By: Izumi Hasegawa May 17, 2016
Based on Jane Austin’s Lady Susan, Kate Beckinsale’s new movie, Love & Friendship, she plays Lady Susan who talks a lot and manipulates people and makes her daughter’s life hell. We chat with Kate on what kind of mother she is, her Asian heritage, her new project, and how she approached a project with so much dialogue.
Q: When you saw the amount of dialogue attached to your character, were you overwhelmed?
I think the thing I was concerned about the most was I knew we had 27 days to shoot the movie which is not much when there’s that much talking, especially when so much of the talking is me. And so, before we started shooting, I kept harassing Whit for a locked in shooting draft. Because I had that notion of, you know, when you rehearse a play, quite often like Shakespeare, you tend knowing the lines. He was very coy about that. Then I realized he likes to change it up on the day. So that can be quite challenging on this than it can be on some. It’s a great, big speech, that gets moved around, it’s like a mental agility test. By the end I was pretty sure I didn’t have Alzheimer’s. And actually we finished in 26 days. I saved them a day. I actually was very pleased about that.
Q: In this film, Lady Susan is extremely controlling of her daughter’s life; As a mom in real life would you say you are overprotective or overbearing or do you utilize a more hands off approach?
She’s really good. She’s a good kid. I think your role as a parent becomes a bit more hands off. You are sort of required to be a body that sits sort of boringly in a house if required. You don’t want to be inserting yourself in all their experiences. But at the same time you can’t detach and not be there like Lady Susan because it’s a different sort of balance and who knows if any of us are getting it right. But I’m definitely not like Lady Susan, she’s not interested in being a parent. Not a natural mother. Her daughter, if anything, is more of an inconvenience. I think if Lady Susan were transplanted to now, she would not be rushing to have a child.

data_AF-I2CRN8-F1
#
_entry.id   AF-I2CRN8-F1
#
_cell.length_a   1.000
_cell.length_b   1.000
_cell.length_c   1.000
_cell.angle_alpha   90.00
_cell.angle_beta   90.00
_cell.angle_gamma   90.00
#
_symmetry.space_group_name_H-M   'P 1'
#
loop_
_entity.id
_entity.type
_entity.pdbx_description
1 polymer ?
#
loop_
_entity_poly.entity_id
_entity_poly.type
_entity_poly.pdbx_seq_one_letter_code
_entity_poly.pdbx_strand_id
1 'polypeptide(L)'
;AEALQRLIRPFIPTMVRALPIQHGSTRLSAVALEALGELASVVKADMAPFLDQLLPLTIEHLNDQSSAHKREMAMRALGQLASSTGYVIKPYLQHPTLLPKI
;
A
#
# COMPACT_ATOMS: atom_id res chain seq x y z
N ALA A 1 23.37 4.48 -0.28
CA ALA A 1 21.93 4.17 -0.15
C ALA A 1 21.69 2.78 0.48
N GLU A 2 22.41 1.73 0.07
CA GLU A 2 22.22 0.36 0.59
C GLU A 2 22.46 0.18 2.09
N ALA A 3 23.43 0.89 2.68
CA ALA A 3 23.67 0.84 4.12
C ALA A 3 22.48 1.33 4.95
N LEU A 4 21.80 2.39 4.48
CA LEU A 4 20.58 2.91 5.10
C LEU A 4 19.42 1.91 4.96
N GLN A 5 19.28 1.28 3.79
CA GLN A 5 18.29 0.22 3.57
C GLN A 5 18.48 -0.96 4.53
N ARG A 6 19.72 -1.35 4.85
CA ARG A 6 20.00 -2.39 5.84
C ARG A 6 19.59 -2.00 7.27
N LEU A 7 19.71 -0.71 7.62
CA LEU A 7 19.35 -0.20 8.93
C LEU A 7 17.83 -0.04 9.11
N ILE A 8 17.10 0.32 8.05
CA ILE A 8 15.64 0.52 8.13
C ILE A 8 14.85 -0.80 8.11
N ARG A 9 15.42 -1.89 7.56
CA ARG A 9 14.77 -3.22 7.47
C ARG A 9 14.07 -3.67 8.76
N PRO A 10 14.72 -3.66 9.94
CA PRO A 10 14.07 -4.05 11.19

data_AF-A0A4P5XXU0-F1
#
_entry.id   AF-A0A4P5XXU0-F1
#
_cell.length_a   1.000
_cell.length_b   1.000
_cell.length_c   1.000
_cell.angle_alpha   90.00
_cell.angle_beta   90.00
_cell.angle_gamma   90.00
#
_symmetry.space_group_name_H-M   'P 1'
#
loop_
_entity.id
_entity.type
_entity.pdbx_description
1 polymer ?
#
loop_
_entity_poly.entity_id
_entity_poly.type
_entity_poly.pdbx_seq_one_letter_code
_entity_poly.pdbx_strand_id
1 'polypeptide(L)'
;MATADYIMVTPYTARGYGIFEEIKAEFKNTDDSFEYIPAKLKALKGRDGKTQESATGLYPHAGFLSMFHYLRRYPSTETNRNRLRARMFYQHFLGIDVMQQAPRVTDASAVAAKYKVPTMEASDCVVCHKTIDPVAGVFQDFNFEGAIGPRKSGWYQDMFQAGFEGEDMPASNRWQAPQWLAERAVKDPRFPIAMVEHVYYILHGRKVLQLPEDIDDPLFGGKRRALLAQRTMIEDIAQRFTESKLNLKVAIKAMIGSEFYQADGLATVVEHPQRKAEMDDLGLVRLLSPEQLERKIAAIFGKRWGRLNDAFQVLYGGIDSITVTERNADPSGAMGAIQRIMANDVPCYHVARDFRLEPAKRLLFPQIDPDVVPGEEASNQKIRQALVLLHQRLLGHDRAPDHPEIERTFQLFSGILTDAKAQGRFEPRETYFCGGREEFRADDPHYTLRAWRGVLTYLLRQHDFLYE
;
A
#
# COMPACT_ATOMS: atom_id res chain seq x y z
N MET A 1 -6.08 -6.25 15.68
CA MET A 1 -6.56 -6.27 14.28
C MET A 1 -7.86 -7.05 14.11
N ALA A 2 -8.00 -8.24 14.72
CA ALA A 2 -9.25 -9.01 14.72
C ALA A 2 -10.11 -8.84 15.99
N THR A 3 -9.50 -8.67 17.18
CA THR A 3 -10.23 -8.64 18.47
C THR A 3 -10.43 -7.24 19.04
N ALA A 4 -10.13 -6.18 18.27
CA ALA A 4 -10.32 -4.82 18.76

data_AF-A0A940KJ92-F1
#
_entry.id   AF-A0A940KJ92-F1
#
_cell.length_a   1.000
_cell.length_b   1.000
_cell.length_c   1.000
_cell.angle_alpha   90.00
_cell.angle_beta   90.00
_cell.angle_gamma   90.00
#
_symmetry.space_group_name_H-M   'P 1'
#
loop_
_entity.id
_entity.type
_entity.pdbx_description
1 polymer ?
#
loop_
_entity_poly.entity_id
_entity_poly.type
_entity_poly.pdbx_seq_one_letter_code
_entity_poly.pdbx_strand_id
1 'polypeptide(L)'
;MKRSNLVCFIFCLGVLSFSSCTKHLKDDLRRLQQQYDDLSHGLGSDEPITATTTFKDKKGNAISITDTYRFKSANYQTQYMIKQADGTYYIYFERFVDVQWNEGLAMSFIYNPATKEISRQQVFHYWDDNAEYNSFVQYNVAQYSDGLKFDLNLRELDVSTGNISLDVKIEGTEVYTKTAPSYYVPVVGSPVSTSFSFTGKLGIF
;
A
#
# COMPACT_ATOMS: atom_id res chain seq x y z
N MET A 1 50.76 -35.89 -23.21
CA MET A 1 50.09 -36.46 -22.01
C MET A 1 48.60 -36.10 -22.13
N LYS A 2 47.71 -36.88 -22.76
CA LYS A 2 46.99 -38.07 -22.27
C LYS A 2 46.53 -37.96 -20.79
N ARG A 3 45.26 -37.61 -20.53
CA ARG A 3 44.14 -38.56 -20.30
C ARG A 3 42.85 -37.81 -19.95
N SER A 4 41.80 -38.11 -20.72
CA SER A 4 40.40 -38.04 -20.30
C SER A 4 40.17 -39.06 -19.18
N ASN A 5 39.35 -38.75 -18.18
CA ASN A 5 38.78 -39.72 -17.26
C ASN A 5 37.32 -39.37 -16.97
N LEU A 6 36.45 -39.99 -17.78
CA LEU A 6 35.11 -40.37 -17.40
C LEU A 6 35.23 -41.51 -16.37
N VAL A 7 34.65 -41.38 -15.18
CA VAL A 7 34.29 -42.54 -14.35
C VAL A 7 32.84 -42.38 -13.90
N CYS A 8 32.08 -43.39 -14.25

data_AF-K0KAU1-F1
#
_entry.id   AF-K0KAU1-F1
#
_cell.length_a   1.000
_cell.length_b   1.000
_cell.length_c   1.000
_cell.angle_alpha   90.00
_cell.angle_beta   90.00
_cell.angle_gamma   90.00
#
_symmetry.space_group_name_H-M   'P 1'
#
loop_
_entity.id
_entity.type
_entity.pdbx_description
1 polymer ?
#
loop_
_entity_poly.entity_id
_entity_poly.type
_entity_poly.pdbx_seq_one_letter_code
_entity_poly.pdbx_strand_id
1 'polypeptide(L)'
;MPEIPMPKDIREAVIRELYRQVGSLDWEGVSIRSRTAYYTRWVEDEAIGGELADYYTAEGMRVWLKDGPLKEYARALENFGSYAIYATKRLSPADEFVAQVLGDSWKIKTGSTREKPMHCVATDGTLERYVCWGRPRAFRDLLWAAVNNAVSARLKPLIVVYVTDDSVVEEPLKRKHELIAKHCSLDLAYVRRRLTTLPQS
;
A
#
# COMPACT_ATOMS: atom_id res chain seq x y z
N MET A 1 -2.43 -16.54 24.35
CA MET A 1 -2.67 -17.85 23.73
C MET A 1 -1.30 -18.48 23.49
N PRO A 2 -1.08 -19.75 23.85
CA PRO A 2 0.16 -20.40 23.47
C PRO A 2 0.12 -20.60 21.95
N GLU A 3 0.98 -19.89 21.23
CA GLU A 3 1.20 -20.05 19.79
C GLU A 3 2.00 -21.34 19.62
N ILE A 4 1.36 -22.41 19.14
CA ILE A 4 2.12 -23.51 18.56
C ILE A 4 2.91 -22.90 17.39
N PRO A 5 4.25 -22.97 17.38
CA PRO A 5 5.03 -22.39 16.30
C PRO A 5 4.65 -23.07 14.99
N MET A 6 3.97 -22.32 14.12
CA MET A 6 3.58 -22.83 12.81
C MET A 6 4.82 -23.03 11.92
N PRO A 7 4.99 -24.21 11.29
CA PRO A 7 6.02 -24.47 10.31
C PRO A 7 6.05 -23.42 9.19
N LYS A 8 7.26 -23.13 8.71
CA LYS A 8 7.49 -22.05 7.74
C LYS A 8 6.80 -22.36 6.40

Q: You are doing one more Underworld, right?
I mean, I’ve done one.
Q: If this was your last one, how do you feel about that journey?
I thought the first one was my last one. I don’t think about what number we’re on apart from the fun that we got to do quite a few.
Q: I understand you have a bit of Asian heritage, your father was 1/4 Burmese. Do you have any desire to seek out more on your heritage and research your ancestry from that part of your family?
I really would like to do that. In fact my grandfather who is not alive anymore, he did a lot of that because it was his side of the family from Burma. He did quite a lot. So, I have quite a lot of photographs and information about my Asian relatives, but if would be lovely to do a deeper dive.
Q: Have you read any books about Burma?
No. I’ve watched a few documentaries, but it’s weird for me because I’ll be like, “Oh my god. That looks like my dad.” My dad had quite a few of the features that jump out. My father also died when I was very young so that was quite strange. But I am very interested in that.
Q: What’s next for you?
I’m writing a screenplay with a writer friend of mine. I bought a book a couple of years ago.
Q: You’re going to produce it?
Yeah. And I’ll be in it. It’s a period piece in that it’s 1979 and earl 80’s.
Love & Friendship is currently playing in theatres.